english francais deutsch

IRIS 2010-8:1/29


Catch-up TV and Deep Hyperlinks

print add to caddie Word File PDF File

Amélie Blocman


The group M6 operates the free catch-up TV services M6 Replay and W9 Replay, which can be accessed on dedicated Internet sites. The services allow on-demand viewing of certain programmes after they have been shown on the two channels without the possibility of recording them. Having noted that a company edited two sites that listed and made available to the public all the audiovisual programmes available as catch-up TV, including those of M6 and W9, using deep hyperlinks, the group had the company summoned on the grounds of violation of the general conditions for using the M6 Replay and W9 Replay services, infringement of their exploitation rights, infringement of the rights of the producer of a database, unfair competition and parasitic activities. M6’s complaint included the fact that the sites at issue directed Internet users not to the home page of these catch-up TV sites but to a window for viewing the programme selected, which meant that the viewing request was sent by the Internet user not to the rightsholder but to the company editing the two disputed sites.

In a judgment delivered on 18 June 2010, the regional court of Paris noted that, according to Article L. 122-2 of the Intellectual Property Code, representation consists of the communication of the work to the public by any means. By making the programmes of the two catch-up TV services available to the public, the defendant party was in no way communicating the works itself, but was merely assisting the viewer by indicating a link for viewing the works directly on the television channels’ Internet sites - it was the sites themselves that carried out the act of representation within the meaning of the text. M6’s application on the grounds of infringement of copyright was therefore rejected. The group also claimed infringement of its rights in its capacity as producer of a database. The court acknowledged that catch-up television services did indeed constitute databases, but stated that although the M6 group had demonstrated that it had incurred expense in developing and maintaining the two sites, this did not justify allowing substantial investments for constituting, checking or presenting the databases. The applications on this point were therefore rejected. Lastly, the television group claimed that the defendant party had committed acts of unfair competition as well as parasitic activities. M6 and W9 were indeed suffering from the diversion of Internet users who were no longer visiting M6 Web’s home page to watch the programmes, whereas they were alone in bearing the investment and other costs necessary for such showing. In dismissing the application, the court held that, in order to achieve entitlement to compensation, proceedings on the grounds of unfair competition or parasitic activity needed to be based on facts other than those invoked in respect of infringement of intellectual copyright, which was not the case here. All M6’s applications were therefore rejected. The defendant company had in fact entered a cross-claim in order to obtain compensation for the prejudice it had suffered in terms of defamation. It claimed that M6 Web had sent a letter to media agencies, which were its main clients, in which it was stated that the defendant company was making television programmes available without the agreement of the channels broadcasting them. The court held that circulating such correspondence was wrongful as it discredited the company by casting doubt on the legality of its activity. M6 was therefore ordered to pay 30,000 EUR in compensation for the prejudice suffered.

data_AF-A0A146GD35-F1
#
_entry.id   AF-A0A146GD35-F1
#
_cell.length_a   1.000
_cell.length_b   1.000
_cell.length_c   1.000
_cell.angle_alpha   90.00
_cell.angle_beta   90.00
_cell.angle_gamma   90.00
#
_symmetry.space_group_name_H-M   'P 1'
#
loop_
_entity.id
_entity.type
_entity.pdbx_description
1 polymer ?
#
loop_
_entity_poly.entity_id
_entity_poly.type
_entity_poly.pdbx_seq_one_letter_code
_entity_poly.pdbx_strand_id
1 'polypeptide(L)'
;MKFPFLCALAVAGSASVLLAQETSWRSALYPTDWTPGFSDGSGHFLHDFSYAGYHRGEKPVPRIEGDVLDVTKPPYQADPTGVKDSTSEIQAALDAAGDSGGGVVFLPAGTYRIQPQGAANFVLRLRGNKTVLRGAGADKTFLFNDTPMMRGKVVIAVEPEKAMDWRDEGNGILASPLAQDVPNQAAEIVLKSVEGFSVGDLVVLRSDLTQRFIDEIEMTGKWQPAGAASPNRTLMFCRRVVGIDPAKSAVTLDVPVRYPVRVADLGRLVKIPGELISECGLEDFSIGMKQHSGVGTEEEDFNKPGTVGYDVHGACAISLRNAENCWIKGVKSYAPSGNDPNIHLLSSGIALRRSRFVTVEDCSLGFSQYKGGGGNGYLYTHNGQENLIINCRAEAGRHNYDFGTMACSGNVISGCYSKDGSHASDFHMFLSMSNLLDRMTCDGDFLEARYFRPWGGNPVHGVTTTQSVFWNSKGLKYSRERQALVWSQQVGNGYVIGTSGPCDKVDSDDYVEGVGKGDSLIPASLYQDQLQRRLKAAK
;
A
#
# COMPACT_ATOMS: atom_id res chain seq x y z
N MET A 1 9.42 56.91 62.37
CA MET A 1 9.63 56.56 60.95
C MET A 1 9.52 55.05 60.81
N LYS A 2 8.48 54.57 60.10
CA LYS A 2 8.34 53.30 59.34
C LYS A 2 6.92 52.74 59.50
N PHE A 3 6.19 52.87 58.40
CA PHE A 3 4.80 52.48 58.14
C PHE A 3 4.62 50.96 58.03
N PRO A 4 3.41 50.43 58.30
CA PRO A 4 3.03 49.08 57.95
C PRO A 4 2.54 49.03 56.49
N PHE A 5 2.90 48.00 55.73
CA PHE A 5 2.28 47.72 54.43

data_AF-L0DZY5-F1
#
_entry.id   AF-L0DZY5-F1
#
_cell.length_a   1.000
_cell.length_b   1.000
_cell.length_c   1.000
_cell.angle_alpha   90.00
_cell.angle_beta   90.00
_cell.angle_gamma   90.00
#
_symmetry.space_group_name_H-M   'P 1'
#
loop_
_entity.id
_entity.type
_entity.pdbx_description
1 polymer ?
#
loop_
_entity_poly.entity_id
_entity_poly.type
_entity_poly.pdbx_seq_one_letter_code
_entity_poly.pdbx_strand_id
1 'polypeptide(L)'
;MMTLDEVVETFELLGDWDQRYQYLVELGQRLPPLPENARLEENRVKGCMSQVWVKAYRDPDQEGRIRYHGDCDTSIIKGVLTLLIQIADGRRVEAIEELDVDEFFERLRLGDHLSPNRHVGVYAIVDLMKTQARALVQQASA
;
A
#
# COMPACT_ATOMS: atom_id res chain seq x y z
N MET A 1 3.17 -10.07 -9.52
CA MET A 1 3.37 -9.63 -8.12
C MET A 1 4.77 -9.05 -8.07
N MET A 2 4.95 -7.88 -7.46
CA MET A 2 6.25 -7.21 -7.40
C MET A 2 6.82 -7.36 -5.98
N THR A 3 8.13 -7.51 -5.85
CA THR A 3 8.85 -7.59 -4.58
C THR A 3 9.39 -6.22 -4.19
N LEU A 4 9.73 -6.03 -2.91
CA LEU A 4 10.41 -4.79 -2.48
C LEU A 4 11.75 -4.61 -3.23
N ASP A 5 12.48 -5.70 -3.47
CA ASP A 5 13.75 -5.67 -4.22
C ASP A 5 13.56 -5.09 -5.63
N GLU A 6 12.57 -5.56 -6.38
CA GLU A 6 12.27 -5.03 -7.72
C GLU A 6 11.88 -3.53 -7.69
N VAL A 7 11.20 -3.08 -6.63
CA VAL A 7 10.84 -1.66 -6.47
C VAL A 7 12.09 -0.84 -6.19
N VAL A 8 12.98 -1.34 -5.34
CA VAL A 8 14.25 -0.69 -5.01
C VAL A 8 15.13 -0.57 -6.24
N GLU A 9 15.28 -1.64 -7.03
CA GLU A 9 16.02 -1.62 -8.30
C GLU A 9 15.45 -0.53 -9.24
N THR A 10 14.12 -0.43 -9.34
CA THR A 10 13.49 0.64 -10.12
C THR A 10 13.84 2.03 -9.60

Tgi de Paris (3e ch. 2e sect.), 18 juin 2010, M6 Web et a. c. SBDS
  Regional court of Paris (3rd chamber, 2nd section), 18 June 2010, M6 Web et al. v SBDS